Other common food sources included fruits and vegetables such as bananas, coconuts, and yams. The Tahitians in particular relied on breadfruit, whereas the early Hawaiians ate taro root. Also, the pandanus fruit was widely used as a type of chewing gum.

The first Polynesian cultures did not possess a market system. Rather, all exchanges occurred by bartering. Fishermen would take a portion of their daily catch and move to the inland villages where they would trade for items gathered out on the land.  

Social Class

Statue of King Kamehameha, Hawaii, United States. Image credit: Charles Lewis/Shutterstock

Traditional Polynesian communities focused on shared spaces, whether for social or ceremonial purposes. Regardless, a clear social hierarchy existed. For example, Marquesan houses were built on platforms, the height of which depended on the status of the owner. Chiefs, warriors, and religious figures might have lived seven to eight feet off the ground, while people of lower status might have been no more than a few inches high. Also, every person within a community possessed personal property, but upper-class individuals tended to have better items such as sleeping mattresses and carved furniture. Lastly, marriage was often prohibited among people from different social tiers; the children of these couples were killed at birth in some Polynesian societies.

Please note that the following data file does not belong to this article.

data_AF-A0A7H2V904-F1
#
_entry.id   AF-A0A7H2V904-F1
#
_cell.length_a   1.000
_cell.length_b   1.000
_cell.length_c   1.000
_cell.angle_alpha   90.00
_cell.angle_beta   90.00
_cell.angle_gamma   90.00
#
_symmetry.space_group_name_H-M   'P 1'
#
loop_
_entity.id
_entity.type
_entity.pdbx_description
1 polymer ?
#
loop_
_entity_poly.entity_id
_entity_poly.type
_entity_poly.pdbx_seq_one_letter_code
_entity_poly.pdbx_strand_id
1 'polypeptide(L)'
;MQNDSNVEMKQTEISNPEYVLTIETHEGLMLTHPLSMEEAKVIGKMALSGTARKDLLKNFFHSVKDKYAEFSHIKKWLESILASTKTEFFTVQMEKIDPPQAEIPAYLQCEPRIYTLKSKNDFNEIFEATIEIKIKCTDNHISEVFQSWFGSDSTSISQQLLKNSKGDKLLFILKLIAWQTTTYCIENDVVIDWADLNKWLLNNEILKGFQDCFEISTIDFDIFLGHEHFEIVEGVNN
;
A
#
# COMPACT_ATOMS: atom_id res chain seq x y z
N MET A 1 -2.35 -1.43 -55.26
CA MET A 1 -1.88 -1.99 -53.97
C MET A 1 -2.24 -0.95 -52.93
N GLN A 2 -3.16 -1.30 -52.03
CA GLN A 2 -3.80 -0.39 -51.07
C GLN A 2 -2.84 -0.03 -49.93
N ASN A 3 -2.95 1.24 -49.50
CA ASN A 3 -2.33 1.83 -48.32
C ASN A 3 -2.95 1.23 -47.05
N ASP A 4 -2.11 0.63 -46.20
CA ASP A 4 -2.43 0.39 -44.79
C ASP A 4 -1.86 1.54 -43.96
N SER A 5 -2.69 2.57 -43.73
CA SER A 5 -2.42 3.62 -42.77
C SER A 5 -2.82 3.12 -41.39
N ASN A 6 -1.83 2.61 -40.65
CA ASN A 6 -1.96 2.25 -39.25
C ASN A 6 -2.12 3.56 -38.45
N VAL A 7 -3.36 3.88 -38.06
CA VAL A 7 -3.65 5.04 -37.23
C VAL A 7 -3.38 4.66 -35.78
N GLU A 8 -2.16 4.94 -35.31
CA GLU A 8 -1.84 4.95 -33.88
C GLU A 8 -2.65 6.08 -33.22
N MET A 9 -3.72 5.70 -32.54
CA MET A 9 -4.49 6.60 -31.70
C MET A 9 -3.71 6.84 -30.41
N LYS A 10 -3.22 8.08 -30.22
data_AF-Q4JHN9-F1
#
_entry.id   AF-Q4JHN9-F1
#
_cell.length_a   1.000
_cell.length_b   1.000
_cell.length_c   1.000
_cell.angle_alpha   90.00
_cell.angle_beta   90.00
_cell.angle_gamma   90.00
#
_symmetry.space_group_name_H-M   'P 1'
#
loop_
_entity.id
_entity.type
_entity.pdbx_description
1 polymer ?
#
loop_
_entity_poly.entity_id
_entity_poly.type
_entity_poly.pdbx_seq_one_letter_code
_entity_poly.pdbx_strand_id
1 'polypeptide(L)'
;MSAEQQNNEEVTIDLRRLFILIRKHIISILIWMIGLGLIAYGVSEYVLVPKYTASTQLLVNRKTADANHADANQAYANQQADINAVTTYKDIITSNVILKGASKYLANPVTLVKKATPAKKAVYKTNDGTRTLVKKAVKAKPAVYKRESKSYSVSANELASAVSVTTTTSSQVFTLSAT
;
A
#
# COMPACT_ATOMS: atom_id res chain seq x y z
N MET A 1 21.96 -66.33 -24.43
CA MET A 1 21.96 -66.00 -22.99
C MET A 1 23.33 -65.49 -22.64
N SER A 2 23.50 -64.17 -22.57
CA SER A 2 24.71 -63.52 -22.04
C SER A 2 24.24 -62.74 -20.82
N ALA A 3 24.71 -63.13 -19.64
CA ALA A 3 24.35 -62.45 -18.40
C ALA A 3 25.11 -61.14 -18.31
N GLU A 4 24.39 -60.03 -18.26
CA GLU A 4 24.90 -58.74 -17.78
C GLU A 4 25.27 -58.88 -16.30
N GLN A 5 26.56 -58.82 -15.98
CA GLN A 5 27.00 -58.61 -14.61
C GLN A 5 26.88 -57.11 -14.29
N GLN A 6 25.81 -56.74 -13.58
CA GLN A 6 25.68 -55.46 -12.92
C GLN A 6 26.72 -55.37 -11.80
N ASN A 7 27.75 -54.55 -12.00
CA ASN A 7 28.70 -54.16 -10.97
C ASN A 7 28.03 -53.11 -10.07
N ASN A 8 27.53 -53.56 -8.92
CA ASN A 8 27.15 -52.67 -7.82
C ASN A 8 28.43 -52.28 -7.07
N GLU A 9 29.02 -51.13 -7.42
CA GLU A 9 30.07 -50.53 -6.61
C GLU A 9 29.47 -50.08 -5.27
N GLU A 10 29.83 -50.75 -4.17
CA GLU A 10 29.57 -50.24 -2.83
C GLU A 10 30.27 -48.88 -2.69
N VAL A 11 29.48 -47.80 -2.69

Gender Norms

Polynesian Women. Image credit: Deborah Kolb/Shutterstock

The status of women in Polynesia depended on the individual island. In Marquesas, for example, women were considered nearly equal to men, while in other Polynesian societies, they held lower positions.

Labor was traditionally divided by gender, with the men responsible for fishing, construction, and protection while the women collected food, wove baskets, and made clothes. On many islands, men and women also ate separately.

Unlike most global societies, polygamy was very common, but it was the woman who could have more than one husband. It was less common for a man to marry more than one person.

Clothes And Tattooing

Traditional Tahitian headdress. Image credit: Raquel Pedrosa/Shutterstock